However this brings me back to the concept that the “entitlement benefits” are OUR MONEY. We earned it. It was a component of the compensation paid to us by our employers for which they received a deduction from their business tax return as such.


Politicians like to speak about so called loopholes in the tax law/. The simple truth is there are no loopholes. If there were they would have been "closed" years ago. I have been been a tax specialist for 40 years during which time there have been just as many amendments or corrections to the U.S. Tax Code. In 1986 the IRC was entirely revamped as it was in 1954 and the Internal Revenue Code (IRC) of 1954 became the IRC of 1986. Tax laws were legislated for a reason, especially the international laws. What are often called "loopholes" by those uneducated in income taxation were intended by Congress to maintain compatibility with other global businesses or employees, to prevent double taxation, encourage business to expand spending on capital or create jobs, stimulate the economy, etc. The President often talks tough about closing the "international tax gap" but he is an attorney and he knows why tax laws exist as they do and if you review his income tax return he pays the least amount of tax he is legally obligated to do so, just as we all do, and he taxes maximum advantage of the Foreign Tax Credit to ensure that he does not pay double taxation. So when you hear Media or Political Rhetoric regarding "Tax Loopholes" it is probably from someone who has no idea as to what they are talking about and are reading from a script or regurgitating what someone else said or told them to say.


Now if Congress really wants to close the budget deficit let them first start by replacing their defined benefit pensions with defined contribution plans for which they pay the lion's share of the contribution. Let them pay for their own medical insurance. He who holds the keys to the Treasury controls the power and rewards themselves in a manner that is best for them.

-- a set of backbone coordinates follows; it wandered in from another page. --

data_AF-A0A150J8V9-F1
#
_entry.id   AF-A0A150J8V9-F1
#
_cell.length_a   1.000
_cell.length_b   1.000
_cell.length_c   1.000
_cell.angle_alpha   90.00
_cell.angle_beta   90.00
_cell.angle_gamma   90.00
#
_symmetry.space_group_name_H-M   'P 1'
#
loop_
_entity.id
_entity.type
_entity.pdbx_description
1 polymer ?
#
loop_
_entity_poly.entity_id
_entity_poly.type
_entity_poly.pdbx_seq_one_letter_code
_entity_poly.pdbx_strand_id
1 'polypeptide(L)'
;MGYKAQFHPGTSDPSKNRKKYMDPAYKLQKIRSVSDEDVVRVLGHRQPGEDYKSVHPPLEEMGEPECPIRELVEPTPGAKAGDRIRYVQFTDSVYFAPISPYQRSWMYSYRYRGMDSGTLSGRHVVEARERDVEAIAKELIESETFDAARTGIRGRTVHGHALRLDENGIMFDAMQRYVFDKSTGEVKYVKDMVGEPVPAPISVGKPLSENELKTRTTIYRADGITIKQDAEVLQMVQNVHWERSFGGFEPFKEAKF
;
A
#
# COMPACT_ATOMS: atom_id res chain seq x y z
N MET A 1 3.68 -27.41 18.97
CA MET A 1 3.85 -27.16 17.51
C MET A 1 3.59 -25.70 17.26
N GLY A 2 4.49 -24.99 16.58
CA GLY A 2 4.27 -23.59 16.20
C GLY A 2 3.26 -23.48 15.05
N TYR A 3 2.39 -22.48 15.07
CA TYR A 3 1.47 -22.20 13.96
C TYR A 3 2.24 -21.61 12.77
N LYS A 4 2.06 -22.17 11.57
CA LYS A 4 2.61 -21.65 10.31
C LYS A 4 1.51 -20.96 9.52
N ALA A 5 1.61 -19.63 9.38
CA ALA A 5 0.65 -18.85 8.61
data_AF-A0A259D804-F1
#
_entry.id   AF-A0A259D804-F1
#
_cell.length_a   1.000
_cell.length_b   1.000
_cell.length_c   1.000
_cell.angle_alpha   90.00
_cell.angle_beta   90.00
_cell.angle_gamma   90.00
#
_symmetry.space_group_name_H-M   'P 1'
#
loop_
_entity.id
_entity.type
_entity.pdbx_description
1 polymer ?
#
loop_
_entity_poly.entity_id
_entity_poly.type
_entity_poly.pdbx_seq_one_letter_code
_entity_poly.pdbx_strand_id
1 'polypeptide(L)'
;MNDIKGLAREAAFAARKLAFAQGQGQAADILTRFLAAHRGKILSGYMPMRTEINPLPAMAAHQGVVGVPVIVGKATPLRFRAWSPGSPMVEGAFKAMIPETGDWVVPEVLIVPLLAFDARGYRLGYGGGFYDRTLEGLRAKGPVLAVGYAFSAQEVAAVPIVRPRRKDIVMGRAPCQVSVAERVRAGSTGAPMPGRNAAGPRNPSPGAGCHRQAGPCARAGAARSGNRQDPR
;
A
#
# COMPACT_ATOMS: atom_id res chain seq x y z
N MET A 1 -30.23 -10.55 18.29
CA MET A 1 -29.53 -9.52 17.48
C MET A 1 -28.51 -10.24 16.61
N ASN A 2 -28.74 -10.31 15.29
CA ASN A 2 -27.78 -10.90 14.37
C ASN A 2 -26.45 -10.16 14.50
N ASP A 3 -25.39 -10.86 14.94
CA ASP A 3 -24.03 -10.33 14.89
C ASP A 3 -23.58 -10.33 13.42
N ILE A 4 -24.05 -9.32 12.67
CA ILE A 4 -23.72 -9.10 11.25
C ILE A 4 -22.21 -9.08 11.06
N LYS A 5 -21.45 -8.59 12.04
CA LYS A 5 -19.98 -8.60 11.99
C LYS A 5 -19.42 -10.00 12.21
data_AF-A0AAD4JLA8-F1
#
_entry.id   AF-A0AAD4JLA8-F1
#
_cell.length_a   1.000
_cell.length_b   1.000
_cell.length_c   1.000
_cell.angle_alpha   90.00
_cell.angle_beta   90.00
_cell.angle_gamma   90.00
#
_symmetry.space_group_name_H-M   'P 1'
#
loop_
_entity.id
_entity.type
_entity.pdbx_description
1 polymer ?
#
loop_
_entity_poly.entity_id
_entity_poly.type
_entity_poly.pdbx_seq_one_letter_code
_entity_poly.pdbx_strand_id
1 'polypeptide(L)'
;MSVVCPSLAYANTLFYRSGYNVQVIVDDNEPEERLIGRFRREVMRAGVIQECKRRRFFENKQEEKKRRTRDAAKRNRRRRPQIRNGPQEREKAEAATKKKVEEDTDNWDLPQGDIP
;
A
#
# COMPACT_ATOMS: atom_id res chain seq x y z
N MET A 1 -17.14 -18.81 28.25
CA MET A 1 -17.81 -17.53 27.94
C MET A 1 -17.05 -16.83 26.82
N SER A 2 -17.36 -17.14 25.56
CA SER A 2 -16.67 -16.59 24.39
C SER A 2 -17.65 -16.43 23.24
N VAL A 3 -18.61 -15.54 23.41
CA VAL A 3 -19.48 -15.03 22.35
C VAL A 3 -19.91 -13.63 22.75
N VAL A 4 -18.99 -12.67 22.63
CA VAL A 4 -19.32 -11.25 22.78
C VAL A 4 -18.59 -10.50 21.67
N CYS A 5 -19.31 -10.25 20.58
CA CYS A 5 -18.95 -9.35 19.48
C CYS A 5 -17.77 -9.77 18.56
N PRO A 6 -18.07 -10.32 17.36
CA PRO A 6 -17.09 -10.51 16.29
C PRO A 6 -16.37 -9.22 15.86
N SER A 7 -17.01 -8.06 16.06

How is it that we work our entire lives and many have nothing to show for it while an "anyone" elected to Congress gets a pension after only one term, plus medial and other benefits and perks.

So Congress, start first by looking in the mirror, then look at our involvement in military operations for which there is no purpose or happy ending and stop the funding for those operations as your predecessors did in 1973 regarding Vietnam, eliminate wasteful government programs that don't work.....maybe even listen to your constituents!




Any way you spin this, the fact is that the money to which we are “entitled” is our money as we earned it and just as if we put the money in a bank or bought a government bond, the annuity to which we are “entitled” is OUR MONEY and I believe it would be a criminal breach of contract should they try to deprive us of our money by once again changing when we can receive our money or the amount that we can receive. In fact, I think all Americans should have a right to demand the full annuitized value of the money on demand.


What say you?